• Feminism is in direct opposition to patriarchy. The patriarchy holds power with white supremacy and capitalism, therefore feminism must oppose those as well. Because for too long feminism has aligned itself with white supremacy and capitalism, we must actively and aggressively embrace intersectional feminism. Because we are not free until all of us are free. Patriarchy is bad for everyone, even the men who hold the power. The same is true for its bedfellows.

    Therefore, it’s not feminism unless it’s intersectional because we cannot truly and actually oppose the patriarchy while we are still aligned with it’s allies. Intersectional feminism because some women are Black, or indigenous, or trans, or disabled, or houseless, or incarcerated, or otherwise oppressed. Intersectional feminism because it’s the right thing to do.

    1. “Kimberlé W. Crenshaw.” Columbia Law School, 1 Feb. 2019,
    2. Crenshaw, Kimberlé. “Demarginalizing the Intersection of Race and Sex: A Black Feminist Critique of Antidiscrimination Doctrine, Feminist Theory and Antiracist Politics,” University of Chicago Legal Forum: Vol. 1989: Iss. 1, Article 8.
    3. Davis K. Who owns intersectionality? Some reflections on feminist debates on how theories travel. European Journal of Women’s Studies. 2020;27(2):113-127.

    The Fallacy of the BMI

    Every day our lives are shaped by this simple calculations. This may not be obvious to you if your calculations happen to land you in a socially acceptable place, approved of by authorities. But for many of us whose BMIs are outside of that window, we are denied healthcare, charged more for it, or punished otherwise. The whole story is much bigger than just the BMI and at some point I will get into fatphobia itself and its vast implications in the world. But for now let’s look at the BMI specifically because it is used ubiquitously in healthcare and not only is it inaccurate but it was never meant to be used for individuals.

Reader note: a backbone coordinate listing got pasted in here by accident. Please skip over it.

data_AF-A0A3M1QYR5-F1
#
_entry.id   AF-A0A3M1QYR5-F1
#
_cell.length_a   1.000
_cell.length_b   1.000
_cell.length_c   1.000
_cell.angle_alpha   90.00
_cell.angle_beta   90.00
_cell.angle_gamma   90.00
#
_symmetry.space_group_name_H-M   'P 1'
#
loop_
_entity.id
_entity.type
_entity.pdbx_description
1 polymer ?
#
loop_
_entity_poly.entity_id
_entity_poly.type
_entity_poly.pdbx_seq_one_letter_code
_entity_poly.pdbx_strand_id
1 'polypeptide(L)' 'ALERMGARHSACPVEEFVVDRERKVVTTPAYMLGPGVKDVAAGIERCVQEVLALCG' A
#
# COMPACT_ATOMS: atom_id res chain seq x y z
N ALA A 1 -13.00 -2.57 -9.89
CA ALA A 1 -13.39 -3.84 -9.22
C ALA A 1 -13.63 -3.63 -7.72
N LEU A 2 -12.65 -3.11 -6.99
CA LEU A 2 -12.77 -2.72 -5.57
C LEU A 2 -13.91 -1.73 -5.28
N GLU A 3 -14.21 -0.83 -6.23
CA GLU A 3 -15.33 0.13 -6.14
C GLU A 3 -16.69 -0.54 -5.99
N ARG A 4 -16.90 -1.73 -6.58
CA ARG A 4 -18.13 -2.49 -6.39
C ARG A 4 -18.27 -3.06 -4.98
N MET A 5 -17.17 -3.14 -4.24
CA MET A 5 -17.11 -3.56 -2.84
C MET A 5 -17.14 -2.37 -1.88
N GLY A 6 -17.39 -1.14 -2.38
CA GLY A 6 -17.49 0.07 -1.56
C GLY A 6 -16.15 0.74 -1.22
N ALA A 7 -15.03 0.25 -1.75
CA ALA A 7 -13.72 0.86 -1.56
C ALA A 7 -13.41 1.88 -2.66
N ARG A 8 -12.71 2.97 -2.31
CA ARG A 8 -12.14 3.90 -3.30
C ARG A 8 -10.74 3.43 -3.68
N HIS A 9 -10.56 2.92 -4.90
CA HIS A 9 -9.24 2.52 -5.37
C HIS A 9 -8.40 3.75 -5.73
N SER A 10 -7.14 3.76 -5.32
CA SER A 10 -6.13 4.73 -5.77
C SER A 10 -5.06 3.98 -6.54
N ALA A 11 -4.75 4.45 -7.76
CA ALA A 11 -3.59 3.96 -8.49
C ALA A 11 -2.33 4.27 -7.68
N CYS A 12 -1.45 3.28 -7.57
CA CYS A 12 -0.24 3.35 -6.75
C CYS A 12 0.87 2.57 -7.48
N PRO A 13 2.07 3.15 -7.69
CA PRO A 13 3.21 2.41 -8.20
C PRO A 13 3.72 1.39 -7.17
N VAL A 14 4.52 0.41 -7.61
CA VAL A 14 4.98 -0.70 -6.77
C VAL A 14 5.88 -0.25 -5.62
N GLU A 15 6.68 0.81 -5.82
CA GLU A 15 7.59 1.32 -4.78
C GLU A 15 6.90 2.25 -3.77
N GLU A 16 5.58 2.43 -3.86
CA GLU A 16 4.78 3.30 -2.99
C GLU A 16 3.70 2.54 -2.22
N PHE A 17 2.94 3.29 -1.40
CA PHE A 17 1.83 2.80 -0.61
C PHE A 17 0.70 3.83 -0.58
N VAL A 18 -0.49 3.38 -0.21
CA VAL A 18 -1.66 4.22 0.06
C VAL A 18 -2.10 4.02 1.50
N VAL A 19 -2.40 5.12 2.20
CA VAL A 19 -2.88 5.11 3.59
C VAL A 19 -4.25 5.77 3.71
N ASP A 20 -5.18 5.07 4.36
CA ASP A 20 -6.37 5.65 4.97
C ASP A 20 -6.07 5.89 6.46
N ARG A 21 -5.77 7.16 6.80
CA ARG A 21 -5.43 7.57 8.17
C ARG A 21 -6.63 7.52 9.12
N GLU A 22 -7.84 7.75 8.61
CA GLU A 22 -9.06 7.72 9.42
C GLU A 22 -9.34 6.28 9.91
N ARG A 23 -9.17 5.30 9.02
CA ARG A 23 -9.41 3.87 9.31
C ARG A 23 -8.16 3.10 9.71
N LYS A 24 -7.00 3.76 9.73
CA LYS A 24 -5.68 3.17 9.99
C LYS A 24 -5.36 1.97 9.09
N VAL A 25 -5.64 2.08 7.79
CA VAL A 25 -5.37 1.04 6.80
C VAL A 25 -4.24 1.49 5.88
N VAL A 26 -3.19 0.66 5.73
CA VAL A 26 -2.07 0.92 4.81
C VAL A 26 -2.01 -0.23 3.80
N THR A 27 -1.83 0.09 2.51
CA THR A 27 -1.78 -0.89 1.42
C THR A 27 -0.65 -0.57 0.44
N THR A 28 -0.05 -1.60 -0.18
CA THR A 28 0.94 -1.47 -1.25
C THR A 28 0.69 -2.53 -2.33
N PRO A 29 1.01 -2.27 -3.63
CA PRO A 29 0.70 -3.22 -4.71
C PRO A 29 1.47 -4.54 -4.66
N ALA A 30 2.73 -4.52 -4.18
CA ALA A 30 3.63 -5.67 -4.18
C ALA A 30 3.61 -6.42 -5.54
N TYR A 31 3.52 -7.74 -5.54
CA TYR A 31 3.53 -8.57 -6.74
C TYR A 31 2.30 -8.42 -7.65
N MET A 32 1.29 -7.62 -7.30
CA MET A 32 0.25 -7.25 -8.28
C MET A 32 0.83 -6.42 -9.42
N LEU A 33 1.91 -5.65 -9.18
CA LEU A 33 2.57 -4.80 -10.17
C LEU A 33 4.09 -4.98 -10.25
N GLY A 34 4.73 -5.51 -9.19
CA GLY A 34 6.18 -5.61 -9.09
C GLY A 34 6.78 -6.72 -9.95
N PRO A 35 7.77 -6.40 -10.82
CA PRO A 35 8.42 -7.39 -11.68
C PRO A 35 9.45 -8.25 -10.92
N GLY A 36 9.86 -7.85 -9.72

This little article is just a quick fact sheet. For more complete information and history I suggest checking out the articles The Bizarre and Racist History of the BMI by Your Fat Friend (Aubrey Gordon), and The Racist and Problematic History of the Body Mass Index by Adele Jackson-Gibson.

    But for a quick overview, here are some fast facts:

  • Originally created in 1835 by Adolphe Quetelet
  • Quetelet was not a doctor, nor trained in medicine. He was a statistician.
  • His goal was to find the “ideal” man.
  • His formula was designed and intended to measure populations, not individuals.
  • His formula was derived based on statistics of European people only.
  • Numerous studies have found it is not accurate for folx of other ethnicities.
  • It cannot tell you how much fat a person has; according to the BMI, Arnold Schwarzenegger is obese. It literally just measures mass and different bone or muscle densities among individuals can skew it.
  • It’s totally arbitrary. In 1998 the guidelines were changed and “millions of Americans became ‘fat’ [overnight] — even if they did not gain a pound.”